It will happen in his sleep, 10 days after Christmas. He will be home in his bed. Outside his kitchen window there will be cardinals and chickadees and snow on the feeder. You will be watching the taxis rush up and down Broadway when you get the call. The shock feels icy as the water of Cottonwood Creek and all you can think is, I saw him, I just saw him, until you collapse onto the floor in search of a lower altitude. You will never know what causes his death. Heart failure is what they say, after all, when the human heart stops beating. And what you will wish is that you could have collected every bright moment you spent with him, not only that summer you were 16, but all seasons after and before, as if you could pluck their effervescence from the darkening sky and seal them in a jar.
For years without end you will keep two of his undershirts tucked in the back of a drawer. There are photos. Bones, antlers, fossils and turkey feathers. A mountain egg of granite from the slope of the Lower Saddle.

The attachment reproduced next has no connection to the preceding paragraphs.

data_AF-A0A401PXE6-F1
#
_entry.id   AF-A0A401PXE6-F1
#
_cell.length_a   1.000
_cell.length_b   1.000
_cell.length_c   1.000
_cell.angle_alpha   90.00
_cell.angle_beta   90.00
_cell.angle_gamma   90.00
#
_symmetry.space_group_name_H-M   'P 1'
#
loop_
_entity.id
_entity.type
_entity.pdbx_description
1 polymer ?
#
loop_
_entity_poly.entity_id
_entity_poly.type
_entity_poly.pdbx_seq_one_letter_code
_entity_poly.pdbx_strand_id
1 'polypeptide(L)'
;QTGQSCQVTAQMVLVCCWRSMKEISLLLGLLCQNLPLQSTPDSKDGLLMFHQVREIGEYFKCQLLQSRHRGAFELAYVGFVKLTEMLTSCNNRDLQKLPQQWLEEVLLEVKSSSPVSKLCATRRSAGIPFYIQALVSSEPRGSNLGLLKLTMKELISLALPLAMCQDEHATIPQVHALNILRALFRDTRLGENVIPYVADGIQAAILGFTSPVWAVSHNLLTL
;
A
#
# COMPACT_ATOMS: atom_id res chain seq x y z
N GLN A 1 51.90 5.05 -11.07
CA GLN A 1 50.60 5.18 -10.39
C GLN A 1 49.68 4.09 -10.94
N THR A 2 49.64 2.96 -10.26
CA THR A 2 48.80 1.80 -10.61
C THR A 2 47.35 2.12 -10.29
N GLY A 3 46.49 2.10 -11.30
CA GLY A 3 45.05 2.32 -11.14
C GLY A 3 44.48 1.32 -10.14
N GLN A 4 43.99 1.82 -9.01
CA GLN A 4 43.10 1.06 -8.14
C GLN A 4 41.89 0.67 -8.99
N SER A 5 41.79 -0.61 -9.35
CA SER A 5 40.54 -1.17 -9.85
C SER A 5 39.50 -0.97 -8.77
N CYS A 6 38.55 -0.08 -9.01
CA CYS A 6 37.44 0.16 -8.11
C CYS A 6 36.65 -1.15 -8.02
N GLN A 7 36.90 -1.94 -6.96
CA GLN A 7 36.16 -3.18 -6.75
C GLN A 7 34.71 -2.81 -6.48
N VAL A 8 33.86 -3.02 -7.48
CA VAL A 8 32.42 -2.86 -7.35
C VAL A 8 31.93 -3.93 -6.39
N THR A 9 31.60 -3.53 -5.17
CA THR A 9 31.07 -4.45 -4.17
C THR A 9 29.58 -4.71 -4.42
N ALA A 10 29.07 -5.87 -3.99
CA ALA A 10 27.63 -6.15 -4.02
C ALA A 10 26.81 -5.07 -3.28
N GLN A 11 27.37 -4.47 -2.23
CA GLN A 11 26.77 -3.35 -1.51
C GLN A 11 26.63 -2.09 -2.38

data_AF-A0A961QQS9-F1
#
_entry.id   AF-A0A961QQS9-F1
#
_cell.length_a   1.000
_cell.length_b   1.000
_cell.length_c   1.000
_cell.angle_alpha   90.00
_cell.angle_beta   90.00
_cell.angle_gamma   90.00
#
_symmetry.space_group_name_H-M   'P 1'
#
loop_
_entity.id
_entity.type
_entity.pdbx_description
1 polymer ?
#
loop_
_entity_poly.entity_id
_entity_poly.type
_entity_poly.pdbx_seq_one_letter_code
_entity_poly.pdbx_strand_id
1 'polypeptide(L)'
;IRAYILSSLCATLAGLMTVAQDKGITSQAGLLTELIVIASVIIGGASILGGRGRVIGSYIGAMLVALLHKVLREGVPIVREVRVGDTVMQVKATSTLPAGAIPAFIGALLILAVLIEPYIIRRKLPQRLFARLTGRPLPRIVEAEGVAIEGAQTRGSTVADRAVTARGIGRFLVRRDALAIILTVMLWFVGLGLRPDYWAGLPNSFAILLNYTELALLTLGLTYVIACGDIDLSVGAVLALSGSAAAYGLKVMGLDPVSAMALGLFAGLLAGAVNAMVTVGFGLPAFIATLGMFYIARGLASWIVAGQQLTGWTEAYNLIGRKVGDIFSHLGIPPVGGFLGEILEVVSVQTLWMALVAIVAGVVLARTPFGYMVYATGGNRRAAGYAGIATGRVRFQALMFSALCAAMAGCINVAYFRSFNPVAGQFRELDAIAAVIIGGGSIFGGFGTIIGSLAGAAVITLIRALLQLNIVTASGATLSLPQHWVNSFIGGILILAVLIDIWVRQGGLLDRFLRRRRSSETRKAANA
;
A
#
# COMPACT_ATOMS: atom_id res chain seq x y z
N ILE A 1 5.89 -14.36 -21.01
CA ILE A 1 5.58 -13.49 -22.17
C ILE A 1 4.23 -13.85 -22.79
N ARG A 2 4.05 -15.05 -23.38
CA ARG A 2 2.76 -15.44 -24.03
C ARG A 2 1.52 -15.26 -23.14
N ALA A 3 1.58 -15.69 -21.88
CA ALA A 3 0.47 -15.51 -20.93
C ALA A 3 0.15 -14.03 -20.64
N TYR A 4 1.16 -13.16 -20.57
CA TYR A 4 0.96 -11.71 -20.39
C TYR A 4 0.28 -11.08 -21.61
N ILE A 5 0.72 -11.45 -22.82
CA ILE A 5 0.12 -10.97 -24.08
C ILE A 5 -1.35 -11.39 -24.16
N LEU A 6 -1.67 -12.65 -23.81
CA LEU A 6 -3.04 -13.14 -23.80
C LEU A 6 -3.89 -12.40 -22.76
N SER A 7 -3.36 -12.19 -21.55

When your fingers grip the roughened rock you will remember the calluses on his fingers and your father’s last great climb.
You will not have to remember disaster because just when you thought the mountain wouldn’t let you down, two Australian women came upon you and your father. They had summited so late, close to 3 o’clock, but they were smiles and good cheer as they knotted their rope onto yours. After you and your father were safely down, they glided down the mountain side-by-side in their rappel and did not even pendulum, not one fraction of an inch.